EU predicts up to 4 percent rise in wheat yields by 2022
* Low yield gains, land constraints to limit EU wheat output
* Area planted to barley set to fall, but yields seen up
* Sharp increase expected in maize yields and harvested area
BRUSSELS, Nov 30 (Reuters) - Common or milling wheat yields in the European Union are forecast to grow by a maximum of 4 percent in the coming decade, with a similar increase in harvested area, the European Commission's agriculture department said on Friday.
Despite strong demand and relatively high cereals prices, land constraints and slow yield growth will limit any increase in EU wheat output, the Commission said in a preview of its medium-term forecast for agricultural markets, due in December.
"We expect more area to go to common wheat, roughly 4 percent, and yields are expected to go up by 3.5 to 4 percent over a period of 10 years," Tassos Haniotis, head of economic analysis in the Commission's farm department, told a news briefing.
"This shows how slow the growth of yields is going to be," he said.
The EU produces more wheat annually than any other crop, with plantings currently accounting for about a third of all arable land in the bloc.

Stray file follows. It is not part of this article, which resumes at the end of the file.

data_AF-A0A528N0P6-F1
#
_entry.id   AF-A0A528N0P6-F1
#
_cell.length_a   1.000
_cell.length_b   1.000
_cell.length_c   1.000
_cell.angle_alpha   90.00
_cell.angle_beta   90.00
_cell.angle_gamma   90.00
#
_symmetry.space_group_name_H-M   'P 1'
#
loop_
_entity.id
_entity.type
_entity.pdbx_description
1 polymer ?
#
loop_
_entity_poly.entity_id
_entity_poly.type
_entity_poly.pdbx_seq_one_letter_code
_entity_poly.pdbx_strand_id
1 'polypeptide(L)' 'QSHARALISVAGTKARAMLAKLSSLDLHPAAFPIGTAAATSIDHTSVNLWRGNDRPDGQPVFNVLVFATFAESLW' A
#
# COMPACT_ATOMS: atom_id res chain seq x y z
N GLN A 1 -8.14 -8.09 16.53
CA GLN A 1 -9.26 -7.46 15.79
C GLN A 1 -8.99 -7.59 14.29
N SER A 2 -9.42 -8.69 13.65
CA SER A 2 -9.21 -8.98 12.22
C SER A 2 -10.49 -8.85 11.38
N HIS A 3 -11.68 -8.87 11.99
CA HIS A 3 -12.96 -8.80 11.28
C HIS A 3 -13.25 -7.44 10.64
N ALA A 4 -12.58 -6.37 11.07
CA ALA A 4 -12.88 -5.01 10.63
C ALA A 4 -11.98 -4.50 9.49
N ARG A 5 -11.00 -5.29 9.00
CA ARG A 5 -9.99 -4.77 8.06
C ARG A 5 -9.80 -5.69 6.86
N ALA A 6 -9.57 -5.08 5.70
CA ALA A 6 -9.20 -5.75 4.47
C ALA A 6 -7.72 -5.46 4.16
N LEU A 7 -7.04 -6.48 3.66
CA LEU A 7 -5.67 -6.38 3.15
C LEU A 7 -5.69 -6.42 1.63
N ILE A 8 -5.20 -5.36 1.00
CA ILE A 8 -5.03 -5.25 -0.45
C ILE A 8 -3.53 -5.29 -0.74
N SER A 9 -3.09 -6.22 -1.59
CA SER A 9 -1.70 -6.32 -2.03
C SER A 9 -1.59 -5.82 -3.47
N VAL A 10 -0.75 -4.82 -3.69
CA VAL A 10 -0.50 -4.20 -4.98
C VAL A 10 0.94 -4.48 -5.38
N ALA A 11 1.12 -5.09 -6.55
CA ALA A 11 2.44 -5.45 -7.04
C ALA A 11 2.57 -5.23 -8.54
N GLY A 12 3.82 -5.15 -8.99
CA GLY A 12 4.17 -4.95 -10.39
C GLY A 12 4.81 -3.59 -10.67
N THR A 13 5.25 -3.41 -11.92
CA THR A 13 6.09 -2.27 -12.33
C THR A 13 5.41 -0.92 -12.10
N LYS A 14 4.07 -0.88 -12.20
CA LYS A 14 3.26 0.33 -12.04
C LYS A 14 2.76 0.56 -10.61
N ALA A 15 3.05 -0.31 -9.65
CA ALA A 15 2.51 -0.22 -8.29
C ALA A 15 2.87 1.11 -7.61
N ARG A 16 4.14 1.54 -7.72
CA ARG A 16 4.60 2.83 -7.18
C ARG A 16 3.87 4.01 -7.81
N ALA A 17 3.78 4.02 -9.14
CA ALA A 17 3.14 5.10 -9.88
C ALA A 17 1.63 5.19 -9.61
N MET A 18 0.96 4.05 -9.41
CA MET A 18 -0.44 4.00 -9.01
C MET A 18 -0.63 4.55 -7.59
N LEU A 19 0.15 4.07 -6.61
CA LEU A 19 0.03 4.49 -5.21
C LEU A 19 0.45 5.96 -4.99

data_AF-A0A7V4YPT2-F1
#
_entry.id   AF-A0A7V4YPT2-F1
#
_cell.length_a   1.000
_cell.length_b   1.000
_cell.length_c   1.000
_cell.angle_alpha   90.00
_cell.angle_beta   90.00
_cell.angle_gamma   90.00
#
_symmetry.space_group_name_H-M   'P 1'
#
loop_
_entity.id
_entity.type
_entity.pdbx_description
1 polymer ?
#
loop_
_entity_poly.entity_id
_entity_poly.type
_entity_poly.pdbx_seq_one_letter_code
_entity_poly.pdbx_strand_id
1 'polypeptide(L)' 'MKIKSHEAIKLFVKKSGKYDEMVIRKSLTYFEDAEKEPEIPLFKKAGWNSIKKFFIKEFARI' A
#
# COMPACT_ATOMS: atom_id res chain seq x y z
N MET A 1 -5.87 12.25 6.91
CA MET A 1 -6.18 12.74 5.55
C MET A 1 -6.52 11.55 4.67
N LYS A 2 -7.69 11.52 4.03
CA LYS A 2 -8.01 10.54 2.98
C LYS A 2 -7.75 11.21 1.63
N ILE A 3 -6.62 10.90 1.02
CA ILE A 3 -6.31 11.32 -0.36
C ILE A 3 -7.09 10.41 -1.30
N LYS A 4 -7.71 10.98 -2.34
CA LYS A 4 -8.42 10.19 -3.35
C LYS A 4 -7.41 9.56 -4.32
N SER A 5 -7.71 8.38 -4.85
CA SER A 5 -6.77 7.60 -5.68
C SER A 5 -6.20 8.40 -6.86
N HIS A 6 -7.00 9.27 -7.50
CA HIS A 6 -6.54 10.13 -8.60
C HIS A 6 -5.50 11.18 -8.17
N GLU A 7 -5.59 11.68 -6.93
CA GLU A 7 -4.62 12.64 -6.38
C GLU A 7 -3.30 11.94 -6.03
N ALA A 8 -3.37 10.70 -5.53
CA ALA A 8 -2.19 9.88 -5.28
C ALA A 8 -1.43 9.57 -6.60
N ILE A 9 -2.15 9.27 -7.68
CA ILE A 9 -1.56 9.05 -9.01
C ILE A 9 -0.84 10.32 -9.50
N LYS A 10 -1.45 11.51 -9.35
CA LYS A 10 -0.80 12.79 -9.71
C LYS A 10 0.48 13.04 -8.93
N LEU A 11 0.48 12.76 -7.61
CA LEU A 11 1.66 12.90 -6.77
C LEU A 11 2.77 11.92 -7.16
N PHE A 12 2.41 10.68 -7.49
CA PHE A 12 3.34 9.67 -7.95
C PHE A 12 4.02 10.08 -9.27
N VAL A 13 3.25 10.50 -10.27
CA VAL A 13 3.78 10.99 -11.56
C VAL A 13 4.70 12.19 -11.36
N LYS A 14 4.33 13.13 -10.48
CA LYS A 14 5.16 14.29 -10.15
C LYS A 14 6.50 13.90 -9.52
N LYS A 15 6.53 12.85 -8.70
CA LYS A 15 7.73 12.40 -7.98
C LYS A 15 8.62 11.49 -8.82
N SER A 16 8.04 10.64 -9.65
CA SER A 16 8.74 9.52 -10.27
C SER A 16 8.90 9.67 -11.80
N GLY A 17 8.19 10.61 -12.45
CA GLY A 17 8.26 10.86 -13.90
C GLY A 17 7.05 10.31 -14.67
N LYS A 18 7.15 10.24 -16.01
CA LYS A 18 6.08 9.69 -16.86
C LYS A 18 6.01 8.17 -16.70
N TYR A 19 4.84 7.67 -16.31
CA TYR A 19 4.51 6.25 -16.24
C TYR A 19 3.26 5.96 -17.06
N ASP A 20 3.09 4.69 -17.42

The EU's combined output of common and durum wheat is seen at 131 million tonnes this year, according to the Commission's latest forecast.
A decline of 12 percent is predicted in the harvested area for barley between now and 2022. Barley is currently the second most widely grown grain in Europe, occupying about a fifth of all cropland.
However, the likely overall decline in barley production will be partly offset by a projected 8 percent rise in yields in the coming decade, the forecast showed.
By contrast, EU maize yields are expected to jump by about 12 percent between now and 2022, along with an estimated 11 percent growth in harvested area, according to the Commission. (Reporting by Charlie Dunmore; Editing by Anthony Barker)
- Nurse defies Ebola quarantine with bike ride; negotiations fail |
- Suspect in Pennsylvania police ambush captured after seven-week manhunt
- Oil price declines have small-cap shale investors scrambling
- Japan shares soar, yen skids after BOJ stuns with more easing steps
- China says nets 180 graft suspects in overseas manhunt